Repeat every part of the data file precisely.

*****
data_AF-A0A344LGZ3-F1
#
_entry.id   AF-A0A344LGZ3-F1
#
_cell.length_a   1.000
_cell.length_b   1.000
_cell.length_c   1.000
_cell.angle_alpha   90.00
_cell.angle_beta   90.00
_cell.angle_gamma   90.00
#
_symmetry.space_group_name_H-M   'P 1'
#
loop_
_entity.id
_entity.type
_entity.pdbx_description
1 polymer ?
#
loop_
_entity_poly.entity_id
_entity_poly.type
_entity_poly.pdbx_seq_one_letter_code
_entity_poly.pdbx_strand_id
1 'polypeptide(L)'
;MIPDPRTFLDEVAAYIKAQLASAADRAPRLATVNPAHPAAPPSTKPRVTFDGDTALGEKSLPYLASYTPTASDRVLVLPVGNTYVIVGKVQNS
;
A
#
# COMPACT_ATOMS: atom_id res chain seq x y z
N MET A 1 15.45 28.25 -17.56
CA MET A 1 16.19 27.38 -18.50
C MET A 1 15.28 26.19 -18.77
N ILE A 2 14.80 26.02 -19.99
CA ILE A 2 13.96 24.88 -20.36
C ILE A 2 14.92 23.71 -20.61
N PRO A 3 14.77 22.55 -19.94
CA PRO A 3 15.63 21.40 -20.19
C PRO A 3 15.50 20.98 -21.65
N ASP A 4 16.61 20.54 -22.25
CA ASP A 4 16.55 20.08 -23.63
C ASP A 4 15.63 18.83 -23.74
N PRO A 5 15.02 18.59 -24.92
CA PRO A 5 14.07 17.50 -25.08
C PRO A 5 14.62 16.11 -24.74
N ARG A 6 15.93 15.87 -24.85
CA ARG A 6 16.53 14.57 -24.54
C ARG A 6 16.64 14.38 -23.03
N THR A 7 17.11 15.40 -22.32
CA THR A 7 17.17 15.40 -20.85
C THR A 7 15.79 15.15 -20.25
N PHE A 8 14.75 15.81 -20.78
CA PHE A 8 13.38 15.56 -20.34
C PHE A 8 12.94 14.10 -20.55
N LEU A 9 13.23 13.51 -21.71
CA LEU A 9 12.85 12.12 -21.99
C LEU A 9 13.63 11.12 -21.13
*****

data_AF-A0A344LGZ3-F1
#
_entry.id   AF-A0A344LGZ3-F1
#
_cell.length_a   1.000
_cell.length_b   1.000
_cell.length_c   1.000
_cell.angle_alpha   90.00
_cell.angle_beta   90.00
_cell.angle_gamma   90.00
#
_symmetry.space_group_name_H-M   'P 1'
#
loop_
_entity.id
_entity.type
_entity.pdbx_description
1 polymer ?
#
loop_
_entity_poly.entity_id
_entity_poly.type
_entity_poly.pdbx_seq_one_letter_code
_entity_poly.pdbx_strand_id
1 'polypeptide(L)'
;MIPDPRTFLDEVAAYIKAQLASAADRAPRLATVNPAHPAAPPSTKPRVTFDGDTALGEKSLPYLASYTPTASDRVLVLPVGNTYVIVGKVQNS
;
A
#
# COMPACT_ATOMS: atom_id res chain seq x y z
N MET A 1 15.45 28.25 -17.56
CA MET A 1 16.19 27.38 -18.50
C MET A 1 15.28 26.19 -18.77
N ILE A 2 14.80 26.02 -19.99
CA ILE A 2 13.96 24.88 -20.36
C ILE A 2 14.92 23.71 -20.61
N PRO A 3 14.77 22.55 -19.94
CA PRO A 3 15.63 21.40 -20.19
C PRO A 3 15.50 20.98 -21.65
N ASP A 4 16.61 20.54 -22.25
CA ASP A 4 16.55 20.08 -23.63
C ASP A 4 15.63 18.83 -23.74
N PRO A 5 15.02 18.59 -24.92
CA PRO A 5 14.07 17.50 -25.08
C PRO A 5 14.62 16.11 -24.74
N ARG A 6 15.93 15.87 -24.85
CA ARG A 6 16.53 14.57 -24.54
C ARG A 6 16.64 14.38 -23.03
N THR A 7 17.11 15.40 -22.32
CA THR A 7 17.17 15.40 -20.85
C THR A 7 15.79 15.15 -20.25
N PHE A 8 14.75 15.81 -20.78
CA PHE A 8 13.38 15.56 -20.34
C PHE A 8 12.94 14.10 -20.55
N LEU A 9 13.23 13.51 -21.71
CA LEU A 9 12.85 12.12 -21.99
C LEU A 9 13.63 11.12 -21.13